With each passing year, states become more aggressive and come up with new creative ways to attribute nexus to a company. Once nexus—or a connection—is created with a state, a host of responsibilities come along with it, including charging collection and remitting sales tax. We regularly get a myriad of questions from businesses inquiring as to whether they have nexus. A common question is whether delivering goods to customers creates nexus in a state. In most states, the answer is typically that it does create nexus. In a recent Florida case, a company tested the waters on this issue.
In Rinehart Equipment, The taxpayer in this matter was a heavy equipment retailer located in Georgia that sold into Florida. During the audit period of issue, the Department of Revenue believed the taxpayer’s physical presence in the state of Florida was regular and substantial when the taxpayer used its employees to transport equipment and make numerous sales and deliveries to Florida. Many times, the taxpayer accepted equipment for trade that was physically located in Florida where the taxpayer’s employees would retrieve the equipment.
The Taxpayer disagreed with the state’s position and filed for an administrative hearing to challenge the assessment. The equipment was not even the most significant concern. Facts during the hearings established that the taxpayer deliberately and systematically targeted Florida customers in its advertising. Advertisements were found in a Florida publication that were specifically targeting to potential Florida customers. In the courts view, this was clearly an exploitation of Florida customers.
In late 2014, the State of Florida, Department of Revenue adopted and incorporated Administrative Law Judge W. David Watkins’ Amended Final Order in the Division of Administrative Hearings ("DOAH") case Rhinehart Equipment Co, vs. Department of Revenue, Case No. 11-2567. To see our previous discussion of the case in full, please see following link: FL LITIGATION ALERT - RHINEHART EQUIPMENT - SOL, NEXUS, & A TIPSTER.
There are several interesting things to take from this case…
Be Penny-wise and Pound-Foolish: If your company is going to start doing business in another state, it is likely prudent to consult with a professional that thoroughly knows that state's tax laws backwards and forwards. Not only will it save you a lot of money in the long run, but you likely will have a hired gun on retainer whenever your company has questions about how to structure the next transaction. Imagine how much money Rhinehart would have saved by simply hiring a common carrier to deliver the equipment instead of using its own employees and equipment.
ENTRY ONE OR TWO TIMES A YEAR MAYBE OK, BUT MORE IS DANGEROUS: The court mentioned Florida Department of Revenue v. Share Int’l, Inc., 667 So.2d 226 (Fla. 1st DCA 1995). This is one of the more interesting taxpayer favorable cases from around the country regarding what de minimis activity a company can do in a state without creating substantial nexus. Using this case, three days a year in a seminar is not enough to create substantial nexus for sales and use tax purposes in Florida.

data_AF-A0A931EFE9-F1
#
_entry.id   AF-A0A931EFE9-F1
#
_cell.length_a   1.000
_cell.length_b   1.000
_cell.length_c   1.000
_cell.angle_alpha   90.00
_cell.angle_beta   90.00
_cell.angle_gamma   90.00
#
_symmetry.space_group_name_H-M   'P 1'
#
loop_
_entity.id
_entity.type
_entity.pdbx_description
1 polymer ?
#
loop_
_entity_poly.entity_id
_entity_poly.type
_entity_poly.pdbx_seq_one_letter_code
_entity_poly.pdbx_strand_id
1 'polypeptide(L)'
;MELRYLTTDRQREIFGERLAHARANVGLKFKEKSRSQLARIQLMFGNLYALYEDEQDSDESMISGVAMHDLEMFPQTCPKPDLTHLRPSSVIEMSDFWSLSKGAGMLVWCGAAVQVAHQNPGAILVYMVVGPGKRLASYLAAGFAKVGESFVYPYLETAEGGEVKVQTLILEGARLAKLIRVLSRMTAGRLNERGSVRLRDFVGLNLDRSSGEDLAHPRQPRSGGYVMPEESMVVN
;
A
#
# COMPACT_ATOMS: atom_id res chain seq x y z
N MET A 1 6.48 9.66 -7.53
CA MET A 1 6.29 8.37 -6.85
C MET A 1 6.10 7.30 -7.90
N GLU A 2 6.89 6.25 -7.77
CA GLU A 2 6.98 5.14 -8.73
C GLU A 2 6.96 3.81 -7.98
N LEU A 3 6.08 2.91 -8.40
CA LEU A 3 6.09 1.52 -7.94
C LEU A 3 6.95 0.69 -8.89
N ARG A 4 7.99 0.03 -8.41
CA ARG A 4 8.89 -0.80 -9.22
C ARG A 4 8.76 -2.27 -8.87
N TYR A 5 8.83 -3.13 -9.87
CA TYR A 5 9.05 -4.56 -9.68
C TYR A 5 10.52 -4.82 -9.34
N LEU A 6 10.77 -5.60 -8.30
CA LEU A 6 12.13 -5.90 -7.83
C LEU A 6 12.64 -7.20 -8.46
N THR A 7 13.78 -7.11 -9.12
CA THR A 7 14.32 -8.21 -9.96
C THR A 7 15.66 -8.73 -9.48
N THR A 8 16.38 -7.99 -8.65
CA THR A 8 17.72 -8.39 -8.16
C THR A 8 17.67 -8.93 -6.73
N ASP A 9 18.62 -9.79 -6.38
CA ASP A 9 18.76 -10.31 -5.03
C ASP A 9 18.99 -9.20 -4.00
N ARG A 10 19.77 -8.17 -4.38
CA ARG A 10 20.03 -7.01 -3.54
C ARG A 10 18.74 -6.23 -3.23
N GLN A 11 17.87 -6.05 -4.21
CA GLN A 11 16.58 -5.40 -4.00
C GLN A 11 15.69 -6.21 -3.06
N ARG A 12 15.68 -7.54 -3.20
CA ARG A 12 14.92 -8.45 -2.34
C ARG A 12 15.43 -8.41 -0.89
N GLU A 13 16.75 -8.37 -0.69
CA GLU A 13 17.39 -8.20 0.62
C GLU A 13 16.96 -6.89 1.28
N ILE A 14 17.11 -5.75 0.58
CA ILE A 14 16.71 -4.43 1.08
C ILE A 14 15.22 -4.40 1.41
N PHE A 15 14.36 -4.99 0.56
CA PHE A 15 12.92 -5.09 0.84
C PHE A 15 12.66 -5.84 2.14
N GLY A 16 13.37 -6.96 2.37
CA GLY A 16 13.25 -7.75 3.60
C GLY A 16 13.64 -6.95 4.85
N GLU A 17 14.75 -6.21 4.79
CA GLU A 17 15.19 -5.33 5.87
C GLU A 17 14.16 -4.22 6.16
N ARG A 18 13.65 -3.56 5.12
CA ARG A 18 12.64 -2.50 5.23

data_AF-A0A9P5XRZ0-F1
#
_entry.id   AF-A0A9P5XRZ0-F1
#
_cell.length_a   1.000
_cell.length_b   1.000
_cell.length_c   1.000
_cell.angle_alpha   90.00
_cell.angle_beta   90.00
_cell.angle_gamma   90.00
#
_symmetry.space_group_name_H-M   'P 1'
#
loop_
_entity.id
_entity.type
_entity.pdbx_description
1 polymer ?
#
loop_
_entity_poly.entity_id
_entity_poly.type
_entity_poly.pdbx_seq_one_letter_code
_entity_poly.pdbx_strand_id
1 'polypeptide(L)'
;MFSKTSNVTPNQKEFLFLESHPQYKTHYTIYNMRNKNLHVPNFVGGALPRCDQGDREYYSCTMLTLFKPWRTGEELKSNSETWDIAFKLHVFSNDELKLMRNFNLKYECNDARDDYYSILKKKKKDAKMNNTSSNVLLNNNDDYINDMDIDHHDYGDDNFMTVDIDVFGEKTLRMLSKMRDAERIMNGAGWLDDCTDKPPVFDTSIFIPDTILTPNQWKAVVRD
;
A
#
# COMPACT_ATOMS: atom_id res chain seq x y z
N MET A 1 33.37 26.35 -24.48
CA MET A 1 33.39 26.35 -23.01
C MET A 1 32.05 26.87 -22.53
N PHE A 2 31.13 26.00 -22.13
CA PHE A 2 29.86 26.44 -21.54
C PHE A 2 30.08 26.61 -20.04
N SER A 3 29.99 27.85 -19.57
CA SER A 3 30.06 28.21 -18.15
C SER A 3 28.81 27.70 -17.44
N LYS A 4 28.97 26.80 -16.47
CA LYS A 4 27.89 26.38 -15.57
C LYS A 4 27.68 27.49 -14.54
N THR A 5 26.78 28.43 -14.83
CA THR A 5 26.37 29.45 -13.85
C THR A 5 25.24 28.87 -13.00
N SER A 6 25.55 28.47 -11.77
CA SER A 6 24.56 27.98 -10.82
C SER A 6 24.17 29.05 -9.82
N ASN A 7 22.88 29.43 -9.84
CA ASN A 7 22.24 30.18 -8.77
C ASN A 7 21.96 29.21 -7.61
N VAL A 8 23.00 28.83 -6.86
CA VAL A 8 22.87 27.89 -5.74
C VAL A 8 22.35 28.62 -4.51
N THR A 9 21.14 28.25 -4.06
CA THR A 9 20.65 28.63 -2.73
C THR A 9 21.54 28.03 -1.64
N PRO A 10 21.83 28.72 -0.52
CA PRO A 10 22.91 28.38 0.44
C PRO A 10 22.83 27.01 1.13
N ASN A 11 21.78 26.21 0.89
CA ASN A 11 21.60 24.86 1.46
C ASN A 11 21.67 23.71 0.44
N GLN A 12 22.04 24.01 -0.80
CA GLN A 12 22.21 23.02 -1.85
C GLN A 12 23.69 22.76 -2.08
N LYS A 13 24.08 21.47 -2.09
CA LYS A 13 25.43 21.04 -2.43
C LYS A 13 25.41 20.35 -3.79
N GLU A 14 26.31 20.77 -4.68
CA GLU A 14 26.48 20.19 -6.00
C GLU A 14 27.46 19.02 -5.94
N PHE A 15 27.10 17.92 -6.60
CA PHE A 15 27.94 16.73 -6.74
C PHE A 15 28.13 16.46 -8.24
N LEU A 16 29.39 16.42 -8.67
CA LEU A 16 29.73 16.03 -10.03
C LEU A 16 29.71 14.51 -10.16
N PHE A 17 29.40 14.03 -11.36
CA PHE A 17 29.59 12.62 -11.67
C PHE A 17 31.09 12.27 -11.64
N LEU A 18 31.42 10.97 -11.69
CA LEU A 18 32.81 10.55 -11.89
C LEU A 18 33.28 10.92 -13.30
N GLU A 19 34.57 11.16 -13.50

THE VALUE OF VOLUNTARY DISCLOSURE: The taxpayer's use of the special statute of limitations, was creative, albeit unsuccessful. The lesson to learn is how valuable a Voluntary Disclosure can be for a taxpayer that realizes a mistake has been made, especially for an out of state taxpayer that has never filed a Florida tax return. Most states have a similar provision that can allow the state to go back decades and assess the tax, penalties, and interest (which was 12.99% in 1999). However, this statute provides a statutory statute of limitations of only 3 years from the date the Voluntary Disclosure is filed.
The litigation is all but over. In December 2004, Rhinehart Equipment appealed the administrative court’s ruling. In an interesting turn of events to mitigate its assessment, Rhinehart Equipment argues that the disastrous hurricane seasons of 2004 and 2005 led to substantial increases in sales to Florida—due to the immediate need to replace damaged heavy equipment. Time will tell whether Rhinehart Equipment will prove successful in its hard fought battle.
Other recent “Sales Tax Nexus” posts by Jerry Donnini:
- Factor Presence Nexus Constitutional in Ohio: Other States to Follow?
- Is Alabama’s Economic Nexus Standard Another Attack on Quill?
- Does Nexus Trail a Company After Leaving a Jurisdiction?
- Nexus Update: Washington Enacts New Nexus Standards
- New Proposed Nexus Legislation – Not Very Helpful